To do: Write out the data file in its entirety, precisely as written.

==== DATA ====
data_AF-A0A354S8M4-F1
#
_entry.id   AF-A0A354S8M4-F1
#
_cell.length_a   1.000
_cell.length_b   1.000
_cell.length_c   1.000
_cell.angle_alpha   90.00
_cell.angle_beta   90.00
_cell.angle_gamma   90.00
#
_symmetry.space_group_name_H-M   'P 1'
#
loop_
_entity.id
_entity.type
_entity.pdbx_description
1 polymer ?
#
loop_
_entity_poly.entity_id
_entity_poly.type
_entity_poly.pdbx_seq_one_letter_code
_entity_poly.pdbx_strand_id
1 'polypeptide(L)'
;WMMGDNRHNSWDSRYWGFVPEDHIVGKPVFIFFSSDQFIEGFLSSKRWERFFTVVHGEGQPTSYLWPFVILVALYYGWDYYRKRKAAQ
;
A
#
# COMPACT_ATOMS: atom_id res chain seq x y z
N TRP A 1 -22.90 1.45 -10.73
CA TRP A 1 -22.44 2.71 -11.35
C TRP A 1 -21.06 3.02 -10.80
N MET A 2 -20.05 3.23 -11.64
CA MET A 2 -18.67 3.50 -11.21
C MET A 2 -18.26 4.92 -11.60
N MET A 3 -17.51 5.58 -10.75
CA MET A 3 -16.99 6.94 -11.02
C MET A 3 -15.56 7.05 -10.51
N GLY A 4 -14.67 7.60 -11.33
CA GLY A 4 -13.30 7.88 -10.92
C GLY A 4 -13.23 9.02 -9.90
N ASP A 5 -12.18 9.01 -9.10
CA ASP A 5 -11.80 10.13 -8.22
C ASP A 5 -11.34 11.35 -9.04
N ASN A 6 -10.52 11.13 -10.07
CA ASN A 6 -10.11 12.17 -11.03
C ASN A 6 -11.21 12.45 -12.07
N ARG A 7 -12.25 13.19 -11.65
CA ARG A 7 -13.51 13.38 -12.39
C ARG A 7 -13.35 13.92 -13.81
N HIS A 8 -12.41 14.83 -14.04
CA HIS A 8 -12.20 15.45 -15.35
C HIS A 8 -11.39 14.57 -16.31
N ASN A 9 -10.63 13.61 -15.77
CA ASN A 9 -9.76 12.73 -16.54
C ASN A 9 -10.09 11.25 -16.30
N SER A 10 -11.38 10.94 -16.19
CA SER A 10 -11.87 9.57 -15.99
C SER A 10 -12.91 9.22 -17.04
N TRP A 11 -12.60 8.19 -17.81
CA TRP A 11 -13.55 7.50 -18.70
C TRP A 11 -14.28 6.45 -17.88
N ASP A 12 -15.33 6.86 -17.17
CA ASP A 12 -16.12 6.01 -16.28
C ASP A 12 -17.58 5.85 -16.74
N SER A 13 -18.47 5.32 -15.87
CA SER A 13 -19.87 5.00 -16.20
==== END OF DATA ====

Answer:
data_AF-A0A354S8M4-F1
#
_entry.id   AF-A0A354S8M4-F1
#
_cell.length_a   1.000
_cell.length_b   1.000
_cell.length_c   1.000
_cell.angle_alpha   90.00
_cell.angle_beta   90.00
_cell.angle_gamma   90.00
#
_symmetry.space_group_name_H-M   'P 1'
#
loop_
_entity.id
_entity.type
_entity.pdbx_description
1 polymer ?
#
loop_
_entity_poly.entity_id
_entity_poly.type
_entity_poly.pdbx_seq_one_letter_code
_entity_poly.pdbx_strand_id
1 'polypeptide(L)'
;WMMGDNRHNSWDSRYWGFVPEDHIVGKPVFIFFSSDQFIEGFLSSKRWERFFTVVHGEGQPTSYLWPFVILVALYYGWDYYRKRKAAQ
;
A
#
# COMPACT_ATOMS: atom_id res chain seq x y z
N TRP A 1 -22.90 1.45 -10.73
CA TRP A 1 -22.44 2.71 -11.35
C TRP A 1 -21.06 3.02 -10.80
N MET A 2 -20.05 3.23 -11.64
CA MET A 2 -18.67 3.50 -11.21
C MET A 2 -18.26 4.92 -11.60
N MET A 3 -17.51 5.58 -10.75
CA MET A 3 -16.99 6.94 -11.02
C MET A 3 -15.56 7.05 -10.51
N GLY A 4 -14.67 7.60 -11.33
CA GLY A 4 -13.30 7.88 -10.92
C GLY A 4 -13.23 9.02 -9.90
N ASP A 5 -12.18 9.01 -9.10
CA ASP A 5 -11.80 10.13 -8.22
C ASP A 5 -11.34 11.35 -9.04
N ASN A 6 -10.52 11.13 -10.07
CA ASN A 6 -10.11 12.17 -11.03
C ASN A 6 -11.21 12.45 -12.07
N ARG A 7 -12.25 13.19 -11.65
CA ARG A 7 -13.51 13.38 -12.39
C ARG A 7 -13.35 13.92 -13.81
N HIS A 8 -12.41 14.83 -14.04
CA HIS A 8 -12.20 15.45 -15.35
C HIS A 8 -11.39 14.57 -16.31
N ASN A 9 -10.63 13.61 -15.77
CA ASN A 9 -9.76 12.73 -16.54
C ASN A 9 -10.09 11.25 -16.30
N SER A 10 -11.38 10.94 -16.19
CA SER A 10 -11.87 9.57 -15.99
C SER A 10 -12.91 9.22 -17.04
N TRP A 11 -12.60 8.19 -17.81
CA TRP A 11 -13.55 7.50 -18.70
C TRP A 11 -14.28 6.45 -17.88
N ASP A 12 -15.33 6.86 -17.17
CA ASP A 12 -16.12 6.01 -16.28
C ASP A 12 -17.58 5.85 -16.74
N SER A 13 -18.47 5.32 -15.87
CA SER A 13 -19.87 5.00 -16.20